At Baselworld 2013, Omega surprised us with the novel, black ceramic Dark Side of the Moon. Last year, Omega evolved its ceramic line with a grey case and dial by evoking the look of lunar dust with its Grey Side of the Moon. So, how, you may ask, will Omega follow up these two hits with another ceramic masterpiece? The answer, as we will reveal, represents an all out barrage from the Swiss Maker. Yes, Omega is placing a large bet by placing a lot of Zirconium Oxide chips into the center of the table.

White Side of the Moon

With the dark and grey sides of the moon canvassed, Omega felt it was time to move on to an earthbound view of the moon. When we look up at the orb from Earth, the moon often appears as white against a dark sky. So, you’ve guessed it, a white Speedmaster is on the way and is dubbed the “White Side of the Moon.”

Ceramic Speedmaster

The White Side of the Moon, WSotM, will come in the familiar 44.25mm case but, this time, formed in a combination of brushed and polished white ceramic. The tachymeter scale is also matte white ceramic. An anti reflective sapphire crystal provides the window for viewing the white ceramic dial equipped with white gold hands and indexes. The central hand, however, contains a nicely contrasting red tip. White SuperLuminova is on duty for your nightly needs. The white side of the moon will come equipped with a white leather strap, ceramic white clasp and underlying titanium folders. The white ceramic case back contains a sapphire display back engraved with the model name. Similar to its forbearers, the WSotM utilizes Omega’s 9300 caliber co-axial chronograph movement. We expect pricing to run similar to the other ceramic models, which is in the 10,000 Euro range.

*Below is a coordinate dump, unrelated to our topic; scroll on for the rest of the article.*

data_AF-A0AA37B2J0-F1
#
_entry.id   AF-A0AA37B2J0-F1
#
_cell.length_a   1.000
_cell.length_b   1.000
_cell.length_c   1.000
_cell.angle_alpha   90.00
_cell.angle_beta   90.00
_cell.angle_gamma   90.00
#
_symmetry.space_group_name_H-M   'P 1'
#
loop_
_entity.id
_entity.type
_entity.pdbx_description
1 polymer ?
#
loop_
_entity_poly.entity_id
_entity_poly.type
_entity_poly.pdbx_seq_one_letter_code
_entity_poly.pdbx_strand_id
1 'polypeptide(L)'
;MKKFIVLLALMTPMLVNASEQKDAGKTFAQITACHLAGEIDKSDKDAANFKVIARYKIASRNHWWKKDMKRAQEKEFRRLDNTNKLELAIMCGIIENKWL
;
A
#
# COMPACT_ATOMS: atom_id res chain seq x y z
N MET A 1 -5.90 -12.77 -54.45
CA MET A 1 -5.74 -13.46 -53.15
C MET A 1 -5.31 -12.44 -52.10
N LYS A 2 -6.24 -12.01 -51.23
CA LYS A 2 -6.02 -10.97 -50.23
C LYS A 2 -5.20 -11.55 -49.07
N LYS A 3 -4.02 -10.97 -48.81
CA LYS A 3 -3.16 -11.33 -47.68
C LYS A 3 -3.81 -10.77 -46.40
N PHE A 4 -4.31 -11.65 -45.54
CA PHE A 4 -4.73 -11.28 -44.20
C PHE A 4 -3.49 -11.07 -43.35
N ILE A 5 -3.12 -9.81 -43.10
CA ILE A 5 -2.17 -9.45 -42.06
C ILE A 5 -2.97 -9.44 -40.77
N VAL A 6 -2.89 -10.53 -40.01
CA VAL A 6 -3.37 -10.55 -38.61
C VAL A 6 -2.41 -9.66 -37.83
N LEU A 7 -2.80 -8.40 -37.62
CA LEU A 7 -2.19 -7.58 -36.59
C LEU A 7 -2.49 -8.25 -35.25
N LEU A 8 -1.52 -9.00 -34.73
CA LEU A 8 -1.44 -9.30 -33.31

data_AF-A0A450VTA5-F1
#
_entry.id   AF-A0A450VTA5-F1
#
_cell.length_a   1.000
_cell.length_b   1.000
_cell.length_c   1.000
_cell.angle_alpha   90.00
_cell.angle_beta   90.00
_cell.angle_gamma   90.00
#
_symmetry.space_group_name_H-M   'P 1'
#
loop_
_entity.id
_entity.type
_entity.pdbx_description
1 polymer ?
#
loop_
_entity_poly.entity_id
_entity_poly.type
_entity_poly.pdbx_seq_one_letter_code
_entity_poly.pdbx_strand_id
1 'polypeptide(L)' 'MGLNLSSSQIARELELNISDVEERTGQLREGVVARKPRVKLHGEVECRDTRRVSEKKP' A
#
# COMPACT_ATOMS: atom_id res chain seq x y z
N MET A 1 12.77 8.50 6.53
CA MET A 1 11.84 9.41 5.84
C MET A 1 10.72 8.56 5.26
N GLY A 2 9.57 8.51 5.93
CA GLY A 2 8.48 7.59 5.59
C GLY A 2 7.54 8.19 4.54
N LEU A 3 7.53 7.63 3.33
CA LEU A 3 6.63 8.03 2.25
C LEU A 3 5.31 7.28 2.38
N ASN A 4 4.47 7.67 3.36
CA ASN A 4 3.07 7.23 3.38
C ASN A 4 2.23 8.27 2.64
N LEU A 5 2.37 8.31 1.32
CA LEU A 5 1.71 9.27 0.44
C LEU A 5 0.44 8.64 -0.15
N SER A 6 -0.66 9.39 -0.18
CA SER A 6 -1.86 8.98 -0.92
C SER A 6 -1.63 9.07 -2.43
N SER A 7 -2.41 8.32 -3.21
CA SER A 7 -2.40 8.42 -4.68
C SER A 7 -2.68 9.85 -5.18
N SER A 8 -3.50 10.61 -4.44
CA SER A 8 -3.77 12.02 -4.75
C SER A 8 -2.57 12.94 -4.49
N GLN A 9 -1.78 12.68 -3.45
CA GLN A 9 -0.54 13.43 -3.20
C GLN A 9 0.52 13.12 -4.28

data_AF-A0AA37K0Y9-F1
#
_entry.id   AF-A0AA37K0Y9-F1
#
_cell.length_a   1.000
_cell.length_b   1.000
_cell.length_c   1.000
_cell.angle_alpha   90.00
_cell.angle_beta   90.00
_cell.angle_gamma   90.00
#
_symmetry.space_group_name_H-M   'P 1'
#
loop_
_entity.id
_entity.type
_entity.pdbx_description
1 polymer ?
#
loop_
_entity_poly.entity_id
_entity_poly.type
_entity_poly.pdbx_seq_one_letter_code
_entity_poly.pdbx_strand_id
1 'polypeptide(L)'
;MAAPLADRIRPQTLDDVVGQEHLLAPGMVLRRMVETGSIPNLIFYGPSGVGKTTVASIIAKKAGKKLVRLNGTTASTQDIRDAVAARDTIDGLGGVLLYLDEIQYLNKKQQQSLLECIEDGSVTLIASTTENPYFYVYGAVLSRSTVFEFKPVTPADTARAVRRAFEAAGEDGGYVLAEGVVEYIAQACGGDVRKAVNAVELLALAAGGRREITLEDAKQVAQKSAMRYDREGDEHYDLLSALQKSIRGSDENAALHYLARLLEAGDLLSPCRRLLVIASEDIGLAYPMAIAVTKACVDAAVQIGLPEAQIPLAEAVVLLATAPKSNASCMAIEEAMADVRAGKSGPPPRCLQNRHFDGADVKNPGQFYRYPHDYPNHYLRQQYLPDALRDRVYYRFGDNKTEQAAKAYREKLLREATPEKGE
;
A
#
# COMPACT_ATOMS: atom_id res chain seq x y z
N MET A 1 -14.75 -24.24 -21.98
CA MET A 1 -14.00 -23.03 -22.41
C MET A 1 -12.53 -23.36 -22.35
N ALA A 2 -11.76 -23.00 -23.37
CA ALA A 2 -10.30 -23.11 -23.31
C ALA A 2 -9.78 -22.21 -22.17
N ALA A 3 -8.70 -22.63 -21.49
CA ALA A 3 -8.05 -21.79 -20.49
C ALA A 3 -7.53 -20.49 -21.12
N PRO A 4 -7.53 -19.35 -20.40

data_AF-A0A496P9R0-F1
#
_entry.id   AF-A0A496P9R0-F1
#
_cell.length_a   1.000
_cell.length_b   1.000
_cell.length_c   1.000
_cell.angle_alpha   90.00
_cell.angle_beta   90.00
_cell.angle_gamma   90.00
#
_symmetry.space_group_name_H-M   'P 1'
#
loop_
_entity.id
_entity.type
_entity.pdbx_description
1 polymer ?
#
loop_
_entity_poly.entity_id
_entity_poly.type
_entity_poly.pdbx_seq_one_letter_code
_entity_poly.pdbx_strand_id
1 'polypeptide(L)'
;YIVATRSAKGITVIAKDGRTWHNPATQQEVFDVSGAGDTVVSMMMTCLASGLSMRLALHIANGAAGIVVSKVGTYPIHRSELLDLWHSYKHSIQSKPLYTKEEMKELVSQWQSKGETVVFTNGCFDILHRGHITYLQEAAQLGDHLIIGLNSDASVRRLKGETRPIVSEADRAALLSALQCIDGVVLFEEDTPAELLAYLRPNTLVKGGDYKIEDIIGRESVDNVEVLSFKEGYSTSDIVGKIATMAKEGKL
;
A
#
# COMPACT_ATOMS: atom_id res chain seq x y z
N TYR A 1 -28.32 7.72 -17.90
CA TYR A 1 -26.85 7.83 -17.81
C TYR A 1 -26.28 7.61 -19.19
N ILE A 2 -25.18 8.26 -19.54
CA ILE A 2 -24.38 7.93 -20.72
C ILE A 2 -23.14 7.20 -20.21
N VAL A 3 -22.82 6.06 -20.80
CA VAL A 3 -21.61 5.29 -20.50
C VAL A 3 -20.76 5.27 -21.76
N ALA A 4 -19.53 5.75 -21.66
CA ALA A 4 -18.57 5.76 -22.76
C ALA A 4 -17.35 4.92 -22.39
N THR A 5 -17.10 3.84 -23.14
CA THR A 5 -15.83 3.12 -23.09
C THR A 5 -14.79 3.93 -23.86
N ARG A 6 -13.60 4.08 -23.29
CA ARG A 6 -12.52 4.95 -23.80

My brief impressions of this watch are that it looks like a high quality piece and immediately ushers in competition from a highly credible watchmaker against the popular Chanel models. I showed a picture of this watch to my wife and to one of our friends, also female, and both, in unison replied, “Want”. So, if this small focus group is any indication, Omega will have a hit on their hands with the female market despite the large diameter. Furthermore, what man would not want to buy their significant other a Speedmaster? It seems like a clever move on Omega’s part, indeed, and I can’t wait to handle it.

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By now, you are ready to move on to other reading because you’ve figured that Omega is done with its ceramic Speedmaster releases. Well, you couldn’t be more wrong because Omega doesn’t have another piece for you. No, Omega has FOUR more ceramic Speedmasters up their sleeve.